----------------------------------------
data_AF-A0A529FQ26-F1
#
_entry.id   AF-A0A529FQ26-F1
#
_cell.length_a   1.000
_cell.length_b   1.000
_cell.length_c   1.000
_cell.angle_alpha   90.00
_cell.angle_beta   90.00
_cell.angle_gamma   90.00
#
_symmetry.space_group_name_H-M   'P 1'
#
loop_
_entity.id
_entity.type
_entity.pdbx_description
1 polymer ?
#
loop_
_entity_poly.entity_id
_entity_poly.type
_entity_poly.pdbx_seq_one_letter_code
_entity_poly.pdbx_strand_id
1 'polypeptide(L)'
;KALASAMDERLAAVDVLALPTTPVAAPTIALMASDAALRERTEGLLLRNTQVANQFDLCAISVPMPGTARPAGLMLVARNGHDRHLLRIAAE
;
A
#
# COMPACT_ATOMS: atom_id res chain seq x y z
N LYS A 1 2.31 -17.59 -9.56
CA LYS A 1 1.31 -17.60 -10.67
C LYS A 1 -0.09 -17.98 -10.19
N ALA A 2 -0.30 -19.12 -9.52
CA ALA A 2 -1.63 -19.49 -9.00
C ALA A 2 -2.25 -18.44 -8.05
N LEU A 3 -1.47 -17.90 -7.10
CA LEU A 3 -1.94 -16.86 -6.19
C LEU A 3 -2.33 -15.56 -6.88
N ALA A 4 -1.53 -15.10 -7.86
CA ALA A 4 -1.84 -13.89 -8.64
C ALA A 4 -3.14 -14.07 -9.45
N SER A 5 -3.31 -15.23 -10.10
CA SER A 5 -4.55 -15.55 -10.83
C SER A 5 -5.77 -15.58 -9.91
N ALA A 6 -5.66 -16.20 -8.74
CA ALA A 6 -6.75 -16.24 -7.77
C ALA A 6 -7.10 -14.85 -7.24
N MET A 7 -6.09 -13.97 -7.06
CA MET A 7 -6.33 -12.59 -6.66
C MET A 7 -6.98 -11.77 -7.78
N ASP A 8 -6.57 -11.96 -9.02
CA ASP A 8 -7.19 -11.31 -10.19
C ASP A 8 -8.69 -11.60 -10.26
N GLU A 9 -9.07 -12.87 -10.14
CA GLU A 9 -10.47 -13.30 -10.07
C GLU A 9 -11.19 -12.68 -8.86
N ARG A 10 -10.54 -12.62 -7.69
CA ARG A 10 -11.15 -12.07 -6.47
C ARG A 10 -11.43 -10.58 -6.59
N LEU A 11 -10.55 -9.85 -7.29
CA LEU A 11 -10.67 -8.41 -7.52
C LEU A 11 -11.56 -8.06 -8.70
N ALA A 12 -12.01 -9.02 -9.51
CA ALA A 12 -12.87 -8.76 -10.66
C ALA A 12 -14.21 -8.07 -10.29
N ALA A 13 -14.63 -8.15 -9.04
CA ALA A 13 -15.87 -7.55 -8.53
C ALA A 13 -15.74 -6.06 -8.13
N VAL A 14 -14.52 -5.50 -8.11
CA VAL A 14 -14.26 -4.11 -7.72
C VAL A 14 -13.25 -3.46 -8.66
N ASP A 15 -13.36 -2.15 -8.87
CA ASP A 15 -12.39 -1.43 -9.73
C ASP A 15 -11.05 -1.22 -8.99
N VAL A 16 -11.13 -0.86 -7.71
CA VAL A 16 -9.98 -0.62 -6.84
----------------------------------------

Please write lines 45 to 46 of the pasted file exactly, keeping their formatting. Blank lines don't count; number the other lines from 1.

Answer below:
C SER A 5 -5.77 -15.58 -9.91
N ALA A 6 -5.66 -16.20 -8.74